ARS 100: Chapter 5-8 and Video Notes
ARS 100: Chapter 5-8 and Video Notes ARS 100
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This 11 page Class Notes was uploaded by Lbiador on Wednesday October 5, 2016. The Class Notes belongs to ARS 100 at Arizona State University taught by Engle in Fall 2015. Since its upload, it has received 3 views. For similar materials see Introduction to Art in Art History at Arizona State University.
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Date Created: 10/05/16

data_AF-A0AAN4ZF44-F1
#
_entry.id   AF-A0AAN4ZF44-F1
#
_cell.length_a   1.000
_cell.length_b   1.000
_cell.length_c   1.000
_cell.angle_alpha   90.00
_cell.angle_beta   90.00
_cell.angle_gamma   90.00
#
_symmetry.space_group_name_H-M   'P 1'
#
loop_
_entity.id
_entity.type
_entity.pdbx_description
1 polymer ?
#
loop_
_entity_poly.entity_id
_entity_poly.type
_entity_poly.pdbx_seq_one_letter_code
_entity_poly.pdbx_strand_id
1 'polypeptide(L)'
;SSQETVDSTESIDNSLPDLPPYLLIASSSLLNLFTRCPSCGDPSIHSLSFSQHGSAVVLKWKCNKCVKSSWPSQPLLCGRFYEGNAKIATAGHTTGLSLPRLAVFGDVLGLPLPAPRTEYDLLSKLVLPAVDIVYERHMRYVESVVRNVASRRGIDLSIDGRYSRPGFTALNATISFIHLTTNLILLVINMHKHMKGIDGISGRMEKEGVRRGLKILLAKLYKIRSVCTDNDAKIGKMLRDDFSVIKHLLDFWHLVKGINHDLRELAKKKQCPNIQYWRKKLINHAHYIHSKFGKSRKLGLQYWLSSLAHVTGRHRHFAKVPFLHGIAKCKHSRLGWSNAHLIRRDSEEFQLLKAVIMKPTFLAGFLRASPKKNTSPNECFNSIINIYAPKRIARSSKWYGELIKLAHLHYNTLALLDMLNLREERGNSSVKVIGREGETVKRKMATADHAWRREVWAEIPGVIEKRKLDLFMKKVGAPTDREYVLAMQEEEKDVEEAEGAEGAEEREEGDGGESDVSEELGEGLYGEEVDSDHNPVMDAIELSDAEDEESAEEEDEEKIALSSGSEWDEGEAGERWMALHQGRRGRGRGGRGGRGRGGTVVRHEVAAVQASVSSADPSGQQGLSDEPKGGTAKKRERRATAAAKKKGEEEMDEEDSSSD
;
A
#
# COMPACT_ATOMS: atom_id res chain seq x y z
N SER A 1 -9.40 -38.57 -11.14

ARS 100: Chapter 5-8 and Video Notes CHAPTER 5: DRAWING: most basic art form (because we all draw) First drawing implement 65,000 to 75,000 years old found in Blombos Cave in South Africa. Drawings fall into at least three categories 1. Sketches: RECORD AN IDEA OR PROVIDE INFORMATION ABOUT SOMETHING THE ARTIST HAS SEEN 1. Quick and loose that captures the idea of the artwork 1. Plans or Preparatory Studies: FOR OTHER PROJECTS, SUCH AS BUILDINGS, SCULPTURES, CRAFTS, PAINTINGS, PLAYS, AND FILMS 1. More detailed 1. Fully developed and autonomous (independent drawing) works of art 1. Can go from entirely finished work of art to just a sketch Dry Media • Silverpoint • Pencil (ground graphite mixed with clay) • Charcoal (burnt wood) • **Kathe Kollwitz “Self Portrait” 1924, Charcoal: worked in the early 1900s, a German Expressionist painter and made money through drawings in newspaper and magazines, she was arrested because people didn’t appreciate her artwork. She’s telling us what she looks like, tells us what she’s doing, and how the artistic flow goes from the brain onto the canvas. • Zigzag line represents motion/movement • Chalk ((pigment & a binder—gum arabic) • Pastel (pigment, a binder, & ground chalk—came into wide use around 1400s) • • Crayon (pigment, wax binder) - Conte Crayon: richer and has more depth and flexibility Crayon Strictly defined, the term crayon includes any drawing material in stick form This can include charcoal, chalk, and pastel, plus wax implements Fluid Media Pen and Ink Pen and Wash Brush and Ink Brush and Wash Pen and Ink • Used since ancient times • Earliest were reeds (plant) • Quills, plucked from live birds, were used in the Middle Ages. • Replaced in the nineteenth century with mass produced metal nib, which is slipped into a stylus. Pen and Wash Wash - diluted ink that is applied with brush to create tonal definitions. • Often combined with fine clear lines of pure ink to provide tonal emphasis. • **Katsushika Hokusai (1760-1849) Boy Playing Flute used ink and brush to create choppy lines. Sepia overwash. Cartoons Cartoon - derived from the Italian word ‘cartone’ meaning paper. Originally, a cartoon was a full-scale preparatory drawing made for a fresco, usually on paper and drawn to scale—For example, Michelangelo’s Sybil Meaning expanded to include humorous & satirical drawings in 1843 A drawing that caricatures or satirizes an event or person of topical/political interest—all rely on caricature—gross exaggeration & distortion of natural features Chapter 6 Painting Different vehicles/agents that hold pigments together: Lime plaster Wax Egg Oil Acrylic (plastic) Water Gum Arabic Problems with most vehicles: Cracking – dry out Yellowing Discoloration Types of Painting Fresco: o Buon fresco: applied to wet plaster (soaked up) o Secco fresco: applied to dry plaster; easily starts to crack and peel off. Doesn’t last as long o Fresco means ‘fresh’ painting on a wall; in-situ o Lime plaster (binder) holds fresco together from flaking off o Giotto, Lamentation (to feel sorrow), (1305) buon fresco. Applied cobalt paint for the sky and used the secco technique. The blue has worn off throughout the century. Revolutionary because it looks real Encaustic: Consists of pigment in a wax vehicle that has been heated to a liquid state—must be kept at constant temperature Binder – wax hold pigment together with certain properties Mummy Portrait of a priest of Serapis (120-160 CE) if wealthy, you can be mummified in order to be identified. Tempera: Consists of ground pigments mixed with a vehicle of egg yolk or whole eggs thinned with water—dries quickly & difficult to rework Binder – egg (dries quickly and tends to crack if applied too thickly) Oil: Consists of ground pigment combined with a linseed oil vehicle and turpentine medium or thinner—dries slowly & easy to rework—provides subtle gradations. Far more versatile medium than tempura Can be blended to create tones and hues Dries slowly Oil painting is luminescent Binder: oil (linseed) Follower of Rembrandt can Rijn, Head of St. Matthew (1661) – Painting in style of Rembrandt Glazing: The application of multiple layers of transparent or semitransparent films of paint to a surface; Diluted paint Can apply hundreds of layers = more vibrant colors there’s going to be. Acrylic: Is a mixture of pigment and plastic vehicle that can be thinned (and washed off brushes and hands) with water—can be used on a variety of surfaces that need no special preparation Binder: plastic Easy to clean Watercolor: Today refers specifically to a technique called aquarelle—transparent films of paint—composed of pigments and a gum arabic vehicle, thinned with water Binder: water and gum Arabic Difficult to use and requires heavy paper Artists use it because of transparency Gouache: Italian word guazzo, meaning “puddle” Essentially watercolor mixed with an opaque ingredient such as white chalk Not transparent David Hockney, Punchinello with Block - gouache Chapter 7 The Importance of Printmaking: very detailed and entailed and technical Printmaking allows us to study great works of art from a distance Because prints are less expensive than original works of art, prints can be owned by the general public Methods of Printmaking A design or image is created in or on a surface by hitting or pressing with a tool The image is then transferred to paper or some sort of surface The transferred image is called a “print” The surface is called a “matrix” Metal Stone Silk screens are thee major matrix Types of matrix: Varies according to the printmaking technique but include: • Wood blocks, • Metal plates, • Stone slabs, • Silkscreens Each require special tools Printmaking Processes Divided into four major categories— Relief : woodcut, wood engraving Like a stamp Raised areas hold ink Material not wanted is cut away and the ink is applied to the surface on the top Intaglio: engraving, drypoint, etching, mezzotint & aquatint Incised areas hold ink Requires a metal matrix and all the intaglio printing processes, the ink goes below the surface in the grooves Lithography Image area holds ink; non-image areas repel ink Ink passes through areas of screen that are not blocked Done on stone Serigraphy Another name for silkscreen Intaglio (over) Italian for incising or engraving—artist can draw directly onto the printing surface Encompasses many different media—engraving, drypoint, etching, & mezzotint and aquatint Intaglio prints are derived from images that lie below the surface of the matrix Created by using metal plates into which lines have been incised —lines covered with ink—which is forced into the linear depression—surface is carefully wiped clean Engraving: intaglio printing process Engravings—the oldest intaglio printmaking process, th began in the 15 century Engravings are made by directly cutting the grooves into the plate by hand with a tool called a burin Clean lines on copper, zinc, or steel are made using a burin under great pressure creating deep lines that hold a lot of ink Creates a ridge like texture Etching—the design is drawn into an acid-resistant ground & then cut by Etching is an intaglio process that is more versatile than engraving or drypoint Physical pressure does not cut the lines. Instead, acid—usually nitric acid—does the cutting A chemical process does the rest of the work in etching—acid- resistant ground covers plate—image is drawn upon it with fine needle—then placed in acid bath Henri Matisse, Loulou Distracted – acid eats through the lines. Etching intaglio process Mezzotint (half-tint): Italian for hard tint Advances by Dutchman Ludwig von Siegen—mid-seventeenth century Non-linear techniques—engraving does NOT depend on line even though its an intaglio printing process and produces broad tonal areas. Tonal areas – shaded areas Entire metal plate is worked with a carved, multi-toothed implement (hatcher)—produces thousands of tiny pits—artist scrapes areas of the plate, which will produce lighter areas— produces broad tonal areas Rarely used, too time-consuming Doesn’t look like a print but looks like a drawing Etching Etching is an intaglio process, but there are unique differences Minimal pressure is used for the depth of the line in etching A chemical process does the rest of the work in etching—acid- resistant ground covers plate—image is drawn upon it with fine needle—then placed in acid bath Drypoint Is a method of engraving A needle is dragged across the Surface—the metal removed by the drypoint needle forms a burr at the side of the trough Because the burr catches most of the ink, drypoint lines tend to be soft and fuzzy—produces a velvety appearance Drypoint scratches are rather shallow, and the burr does not hold up well after only a few dozen impressions under heavy pressure Produces a velvety soft image Rembrandt van Rijt, Crist Crucified Between Two Thieves, drypoint-intaglio printing process that creates burr and velvety soft image Lithography "Stone writing" based on water not mixing with wax • Planographic print-making process • Printing surface is flat • Lithography or planographic printing - invented in the 19th- century by German playwright Aloys Senefelder. • Unlike relief and intaglio printing, the matrix used in lithography is completely flat. • Kathe Kollwitz, The Mothers – lithography done on a Bavarian stone to make the print, but looks like charcoal How: 1. A drawing is made with a greasy crayon on a flat stone slab Bavarian stone 2. A solution of nitric acid is applied as a fixative 3. The surface is then dampened with water. 4. The stone is covered with oily ink using a roller. (The ink sticks to the wax but not the water) 5. then paper is pressed to the stone and the ink is transferred from the wax. Lithography: Artist draws with a greasy implement on lithographic stone—surface is then treated with chemical and can be done colors Uses Bavarian stone Serigraphy Serigraphy is also known as silkscreen printing; now its synthetic Can be done in colors using paint or ink Stencils are used to create the design or image Silk, nylon, or a fine mesh is stretched on a frame—a stencil with a cutout design affixed to the screen—paper or canvas placed beneath—several stencils may be used to apply different colors Unlike other graphic processes Paint or ink may be used and is forced through the screen using a squeegee Alex Katz, Red Coat, used colors in serigraphy/silkscreen, each color required different ink. Used wife as his model CHAPTER 8 IMAGING: PHOTOGRAPHY, FILM, VIDEO, AND DIGITAL ARTS Photography invented in 1829 Word derived from Greek roots meaning “to write with light” History of Photography The Camera Obscura Photosensitive Surfaces Heliography The Daguerreotype The Negative Portraits Photojournalism Photography as an Art Form People to Know Camera Obscura—c. 300 years ago Heinrich Schulze—1727 discovered that silver salts had light- sensitive qualities Joseph-Nicéphore Niepce—1826 invented Heliography Jacques-Mandé Daguerre—1837 invented first permanent photograph William Henry Fox Talbot—1839 invented the negative Julia Margaret Cameron—1850s famous photographer Gaspard Felix Tournachon “Nadar”—1850s famous photographer The Lumiére Brothers—1907 introduced the autochrome Matthew Brady and Alexander Gardner—early 20 century— th first to use the camera to record major historical events History of Photography 1727 German physicist Heinrich Schulze discovered that silver salts had light-sensitive qualities—never recorded natural image 1802 Thomas Wedgwood found that paper soaked in silver nitrate did take on projected images as a chemical reaction to light—but not permanent Heliography: Invented by Joseph-Nicéphre in 1826 Bitumen, or asphalt residue placed on a pewter plate to create a photosensitive surface—bitumen soluble in lavender oil if kept in dark —insoluble in light Daguerreotype resulted from partnership in 1829 between Niepce and Louis Jacque-Mandé Daguerre Daguerreotype: A thin sheet of silver-plated copper that was chemically treated, placed in a camera obscura, and exposed to a narrow beam of light—then treated chemically again Daguerreotype: • Needed to be exposed from 5 to 40 minutes • Recorded image reversed, left to right • Delicate image had to be sealed behind glass to remain fixed • Plate exposed to light became the actual daguerreotype • Copies could not be made • Within 10 years waiting time reduced to 30 to 60 seconds • Became inexpensive The Negative: Invented in 1839 by British scientist William Henry Fox Talbot. 1. Placed an object on a piece of light sensitive paper that was coated with emulsions. 2. Exposed the arrangement to light. 3. Called them photogenic drawings. 4. Image was reversed and inverted. (Black and white reversed) as well as reversal of light and dark values Also made the first contact print by placing the negative on a second sheet of light sensitive paper and exposing both of them to light Autochrome: Invented by Louis Lumiere in 1907 (color process) glass plates coated with 3 layers of dyed potato starch that served as color filters. A layer of silver bromide emulsion covered the starch—when the autochrome was developed, it produced a positive color transparency Replaced in 1932—when Kodak began to produce color film Photojournalism • Photojournalism revolutionized the capacity of the news media to bring realistic representation of important events before the public’s eyes. • Alexander Gardner first used the camera to record major historical events such as the US Civil War. • Dorothea Lange, Migrant Mother, Nipomo, California, photograph— photojournalism black and white image capturing the image of a mother and her children depressed and suffering during the dust bowl Photography as an Art Form • In 1902 Alfred Stieglitz founded the Photo Secession, a group dedicated to advancing photography as a separate art form. A photograph has the capacity to stir us. Cindy Sherman, Untitled, photography—photography as an art form – comments on how fashion distorts women’s perspectives at themselves which makes a woman insane Video Sequence of film Middle East o Tablets were found in the Mesopotamia depicting codes telling the story of eternal life. o Images are freeze framed o Does not depict beginning, middle and end o Visual elements include the hero and the subplot Greeks o Odysseus o Sculptures depicting the climax which shows emotions Romans o Column – “movie epic frozen in stone” o Divided scenes through designs like trees, presented birds- eye view and different perspectives to make the battle more dramatic. o They found a way to summarize important scenes on one view o But does not have the power to captivate us like modern films Australians – Aboriginal o Painted images in the cave – looks like doodle – aboriginal art o Use lines to tell stories in a single image though stories people already know o Combined story telling with music which makes it enduring o 1924 – invented the moving picture including hero, plot, and characters with emotion but lacks sound